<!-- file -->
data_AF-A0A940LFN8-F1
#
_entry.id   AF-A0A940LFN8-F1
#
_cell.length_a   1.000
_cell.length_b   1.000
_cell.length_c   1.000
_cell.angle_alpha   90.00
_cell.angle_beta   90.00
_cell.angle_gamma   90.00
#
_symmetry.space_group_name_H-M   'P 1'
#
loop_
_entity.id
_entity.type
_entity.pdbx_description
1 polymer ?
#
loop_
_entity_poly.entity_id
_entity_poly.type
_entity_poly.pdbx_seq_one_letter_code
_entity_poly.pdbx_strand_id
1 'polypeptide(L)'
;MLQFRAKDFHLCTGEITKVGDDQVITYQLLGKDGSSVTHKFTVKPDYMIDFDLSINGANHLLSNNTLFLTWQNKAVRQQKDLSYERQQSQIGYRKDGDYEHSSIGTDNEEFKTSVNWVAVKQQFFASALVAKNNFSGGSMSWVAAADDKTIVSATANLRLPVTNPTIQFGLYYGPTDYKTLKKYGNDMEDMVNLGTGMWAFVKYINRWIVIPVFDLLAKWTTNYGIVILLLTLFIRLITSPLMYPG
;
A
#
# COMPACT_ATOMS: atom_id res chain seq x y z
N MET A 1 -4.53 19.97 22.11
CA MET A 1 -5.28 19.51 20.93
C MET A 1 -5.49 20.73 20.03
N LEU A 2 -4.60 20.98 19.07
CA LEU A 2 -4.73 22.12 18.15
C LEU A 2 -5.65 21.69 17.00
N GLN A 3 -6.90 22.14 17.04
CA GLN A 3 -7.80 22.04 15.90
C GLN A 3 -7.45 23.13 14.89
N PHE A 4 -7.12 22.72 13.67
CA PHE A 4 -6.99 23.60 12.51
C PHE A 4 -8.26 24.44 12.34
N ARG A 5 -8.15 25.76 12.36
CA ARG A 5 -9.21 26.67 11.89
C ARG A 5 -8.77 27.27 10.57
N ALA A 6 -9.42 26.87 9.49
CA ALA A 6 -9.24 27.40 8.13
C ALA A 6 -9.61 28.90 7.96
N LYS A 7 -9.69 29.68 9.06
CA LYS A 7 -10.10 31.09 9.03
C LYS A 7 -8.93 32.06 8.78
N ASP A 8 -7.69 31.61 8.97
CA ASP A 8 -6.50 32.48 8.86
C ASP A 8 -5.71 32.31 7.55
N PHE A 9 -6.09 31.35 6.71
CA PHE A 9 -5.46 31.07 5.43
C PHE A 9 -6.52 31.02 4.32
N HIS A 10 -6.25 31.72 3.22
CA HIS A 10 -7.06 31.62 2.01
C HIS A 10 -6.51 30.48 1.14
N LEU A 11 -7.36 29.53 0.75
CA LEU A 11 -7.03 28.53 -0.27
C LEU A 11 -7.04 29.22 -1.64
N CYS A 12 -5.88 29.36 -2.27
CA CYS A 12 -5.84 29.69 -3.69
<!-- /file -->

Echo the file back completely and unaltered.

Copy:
data_AF-A0A940LFN8-F1
#
_entry.id   AF-A0A940LFN8-F1
#
_cell.length_a   1.000
_cell.length_b   1.000
_cell.length_c   1.000
_cell.angle_alpha   90.00
_cell.angle_beta   90.00
_cell.angle_gamma   90.00
#
_symmetry.space_group_name_H-M   'P 1'
#
loop_
_entity.id
_entity.type
_entity.pdbx_description
1 polymer ?
#
loop_
_entity_poly.entity_id
_entity_poly.type
_entity_poly.pdbx_seq_one_letter_code
_entity_poly.pdbx_strand_id
1 'polypeptide(L)'
;MLQFRAKDFHLCTGEITKVGDDQVITYQLLGKDGSSVTHKFTVKPDYMIDFDLSINGANHLLSNNTLFLTWQNKAVRQQKDLSYERQQSQIGYRKDGDYEHSSIGTDNEEFKTSVNWVAVKQQFFASALVAKNNFSGGSMSWVAAADDKTIVSATANLRLPVTNPTIQFGLYYGPTDYKTLKKYGNDMEDMVNLGTGMWAFVKYINRWIVIPVFDLLAKWTTNYGIVILLLTLFIRLITSPLMYPG
;
A
#
# COMPACT_ATOMS: atom_id res chain seq x y z
N MET A 1 -4.53 19.97 22.11
CA MET A 1 -5.28 19.51 20.93
C MET A 1 -5.49 20.73 20.03
N LEU A 2 -4.60 20.98 19.07
CA LEU A 2 -4.73 22.12 18.15
C LEU A 2 -5.65 21.69 17.00
N GLN A 3 -6.90 22.14 17.04
CA GLN A 3 -7.80 22.04 15.90
C GLN A 3 -7.45 23.13 14.89
N PHE A 4 -7.12 22.72 13.67
CA PHE A 4 -6.99 23.60 12.51
C PHE A 4 -8.26 24.44 12.34
N ARG A 5 -8.15 25.76 12.36
CA ARG A 5 -9.21 26.67 11.89
C ARG A 5 -8.77 27.27 10.57
N ALA A 6 -9.42 26.87 9.49
CA ALA A 6 -9.24 27.40 8.13
C ALA A 6 -9.61 28.90 7.96
N LYS A 7 -9.69 29.68 9.06
CA LYS A 7 -10.10 31.09 9.03
C LYS A 7 -8.93 32.06 8.78
N ASP A 8 -7.69 31.61 8.97
CA ASP A 8 -6.50 32.48 8.86
C ASP A 8 -5.71 32.31 7.55
N PHE A 9 -6.09 31.35 6.71
CA PHE A 9 -5.46 31.07 5.43
C PHE A 9 -6.52 31.02 4.32
N HIS A 10 -6.25 31.72 3.22
CA HIS A 10 -7.06 31.62 2.01
C HIS A 10 -6.51 30.48 1.14
N LEU A 11 -7.36 29.53 0.75
CA LEU A 11 -7.03 28.53 -0.27
C LEU A 11 -7.04 29.22 -1.64
N CYS A 12 -5.88 29.36 -2.27
CA CYS A 12 -5.84 29.69 -3.69